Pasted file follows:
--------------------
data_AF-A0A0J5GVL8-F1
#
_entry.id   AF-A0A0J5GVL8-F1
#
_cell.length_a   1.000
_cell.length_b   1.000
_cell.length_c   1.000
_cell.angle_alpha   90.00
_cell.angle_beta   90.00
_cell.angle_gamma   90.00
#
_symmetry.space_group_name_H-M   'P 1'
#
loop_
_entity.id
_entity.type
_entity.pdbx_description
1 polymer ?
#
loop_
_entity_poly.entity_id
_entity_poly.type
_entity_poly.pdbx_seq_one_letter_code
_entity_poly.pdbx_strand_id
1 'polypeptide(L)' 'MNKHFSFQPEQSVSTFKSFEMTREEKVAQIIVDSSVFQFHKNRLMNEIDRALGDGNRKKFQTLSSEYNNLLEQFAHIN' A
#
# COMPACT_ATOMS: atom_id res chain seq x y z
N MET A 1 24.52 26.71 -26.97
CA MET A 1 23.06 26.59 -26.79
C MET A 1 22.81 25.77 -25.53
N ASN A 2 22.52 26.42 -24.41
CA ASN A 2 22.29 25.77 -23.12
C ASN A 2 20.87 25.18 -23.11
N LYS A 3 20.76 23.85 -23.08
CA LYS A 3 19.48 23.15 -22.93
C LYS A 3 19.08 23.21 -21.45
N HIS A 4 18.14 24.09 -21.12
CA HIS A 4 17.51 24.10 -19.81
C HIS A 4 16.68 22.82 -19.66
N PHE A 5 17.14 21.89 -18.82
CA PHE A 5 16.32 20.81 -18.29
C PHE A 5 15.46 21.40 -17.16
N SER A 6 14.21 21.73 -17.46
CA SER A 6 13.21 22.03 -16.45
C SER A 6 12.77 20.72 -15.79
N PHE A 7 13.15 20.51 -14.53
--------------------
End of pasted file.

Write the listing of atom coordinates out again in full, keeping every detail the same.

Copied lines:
data_AF-A0A0J5GVL8-F1
#
_entry.id   AF-A0A0J5GVL8-F1
#
_cell.length_a   1.000
_cell.length_b   1.000
_cell.length_c   1.000
_cell.angle_alpha   90.00
_cell.angle_beta   90.00
_cell.angle_gamma   90.00
#
_symmetry.space_group_name_H-M   'P 1'
#
loop_
_entity.id
_entity.type
_entity.pdbx_description
1 polymer ?
#
loop_
_entity_poly.entity_id
_entity_poly.type
_entity_poly.pdbx_seq_one_letter_code
_entity_poly.pdbx_strand_id
1 'polypeptide(L)' 'MNKHFSFQPEQSVSTFKSFEMTREEKVAQIIVDSSVFQFHKNRLMNEIDRALGDGNRKKFQTLSSEYNNLLEQFAHIN' A
#
# COMPACT_ATOMS: atom_id res chain seq x y z
N MET A 1 24.52 26.71 -26.97
CA MET A 1 23.06 26.59 -26.79
C MET A 1 22.81 25.77 -25.53
N ASN A 2 22.52 26.42 -24.41
CA ASN A 2 22.29 25.77 -23.12
C ASN A 2 20.87 25.18 -23.11
N LYS A 3 20.76 23.85 -23.08
CA LYS A 3 19.48 23.15 -22.93
C LYS A 3 19.08 23.21 -21.45
N HIS A 4 18.14 24.09 -21.12
CA HIS A 4 17.51 24.10 -19.81
C HIS A 4 16.68 22.82 -19.66
N PHE A 5 17.14 21.89 -18.82
CA PHE A 5 16.32 20.81 -18.29
C PHE A 5 15.46 21.40 -17.16
N SER A 6 14.21 21.73 -17.46
CA SER A 6 13.21 22.03 -16.45
C SER A 6 12.77 20.72 -15.79
N PHE A 7 13.15 20.51 -14.53